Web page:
In late 2015, Albania issued an international arrest warrant against Becchetti over alleged fraud in Albania but a UK court ruled against the extradition in July 2016. Bechetti owned the Leyton Orient football club at that time before selling it in mid-2017.

The 52-year-old Italian businessman is estimated to have obtained about $213 million in an arbitration dispute with Deutsche Bank, Germany’s largest bank, for the delayed financing in the failed Albania hydropower plant where the German giant was a partner and 45 shareholder from 2008 to 2010, according to a media investigation.

The Italian businessman is seeking hundreds of millions of euros in compensation over unfinished waste management and renewable energy production projects in Albania in an arbitration trial at the

Paris-based International Chamber of Commerce and the Washington-based International Centre for Settlement of Investment Disputes (ICSID), part of the World Bank.

The Albanian government has hired Canada and UK-based Gowling WLG to defend the country in the case.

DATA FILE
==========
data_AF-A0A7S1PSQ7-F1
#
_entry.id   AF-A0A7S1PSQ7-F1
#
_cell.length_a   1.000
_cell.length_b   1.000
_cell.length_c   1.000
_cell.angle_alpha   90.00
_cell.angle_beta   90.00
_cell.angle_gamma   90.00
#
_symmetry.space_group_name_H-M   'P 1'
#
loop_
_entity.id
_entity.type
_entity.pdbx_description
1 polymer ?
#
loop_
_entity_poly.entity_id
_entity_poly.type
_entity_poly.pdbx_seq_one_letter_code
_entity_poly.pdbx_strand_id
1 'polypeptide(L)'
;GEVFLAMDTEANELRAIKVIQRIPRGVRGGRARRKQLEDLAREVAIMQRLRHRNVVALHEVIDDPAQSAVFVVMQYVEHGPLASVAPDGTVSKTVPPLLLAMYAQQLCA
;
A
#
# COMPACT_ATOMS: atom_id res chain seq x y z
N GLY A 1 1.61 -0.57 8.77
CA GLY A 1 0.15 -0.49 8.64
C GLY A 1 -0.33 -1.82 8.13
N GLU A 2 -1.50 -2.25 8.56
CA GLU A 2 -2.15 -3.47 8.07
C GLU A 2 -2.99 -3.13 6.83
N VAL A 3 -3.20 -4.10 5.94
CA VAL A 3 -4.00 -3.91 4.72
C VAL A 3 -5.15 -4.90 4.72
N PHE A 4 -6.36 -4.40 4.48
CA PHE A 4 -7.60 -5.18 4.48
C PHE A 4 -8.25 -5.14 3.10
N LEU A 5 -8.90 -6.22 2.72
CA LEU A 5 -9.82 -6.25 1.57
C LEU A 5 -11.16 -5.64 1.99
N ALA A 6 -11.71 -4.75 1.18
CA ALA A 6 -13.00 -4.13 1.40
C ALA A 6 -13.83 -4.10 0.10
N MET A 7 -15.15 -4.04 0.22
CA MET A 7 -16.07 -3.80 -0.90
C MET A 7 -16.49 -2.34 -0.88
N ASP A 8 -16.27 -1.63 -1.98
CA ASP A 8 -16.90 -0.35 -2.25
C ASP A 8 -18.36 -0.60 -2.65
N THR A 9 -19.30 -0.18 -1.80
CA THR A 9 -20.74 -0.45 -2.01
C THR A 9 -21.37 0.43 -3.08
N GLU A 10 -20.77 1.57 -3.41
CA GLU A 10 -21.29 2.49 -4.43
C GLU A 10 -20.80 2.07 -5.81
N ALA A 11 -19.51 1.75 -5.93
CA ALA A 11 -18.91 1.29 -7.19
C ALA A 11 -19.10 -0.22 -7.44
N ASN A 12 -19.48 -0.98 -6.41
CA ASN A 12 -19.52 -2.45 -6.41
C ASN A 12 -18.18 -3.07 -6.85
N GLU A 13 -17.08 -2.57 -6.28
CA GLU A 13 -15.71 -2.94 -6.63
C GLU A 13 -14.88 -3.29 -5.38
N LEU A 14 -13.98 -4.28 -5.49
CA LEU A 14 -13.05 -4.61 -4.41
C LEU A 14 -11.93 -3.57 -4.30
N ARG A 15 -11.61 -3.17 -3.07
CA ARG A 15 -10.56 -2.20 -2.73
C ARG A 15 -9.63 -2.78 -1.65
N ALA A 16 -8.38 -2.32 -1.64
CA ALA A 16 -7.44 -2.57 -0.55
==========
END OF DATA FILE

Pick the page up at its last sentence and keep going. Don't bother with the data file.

The government had earlier paid about €4 million to international law firms for the Bechetti arbitration dispute.

 

Privatization voucher dispute

The latest arbitration threat that the Albanian government is facing is that against Anglo-Adriatic Group Limited, an investment fund that launched its operations in 1996 to collect privatization vouchers issued by the Albanian government allowing citizens to obtain stakes in the privatization of the then-overwhelmingly state-run enterprises.

Vienna-based Kerres Partners defending the Anglo-Adriatic Investment Fund run by Irish investor Declan Ganle, says Albania failed to honor its promise that these privatization vouchers can be used in the Albanian privatization process.

Local Albania media report the investment fund collected about 12 percent of the privatization vouchers worth about $120 million but left the country in 1999 following the 1997 turmoil triggered by the collapse of some pyramid investment schemes and privatization vouchers losing much of their face value not allowed in the privatization process later.

Last May, the Albanian postponed the validity of privatization vouchers until the end of 2020, in the seventh postponement since 2006, allowing holders to use them for the legalization of informal buildings and participating in the privatization of the few remaining state-run enterprise. The decision was apparently also influenced by the arbitration dispute with the Anglo-Adriatic Investment Fund which is claiming losses from the expiry of the privatization vouchers.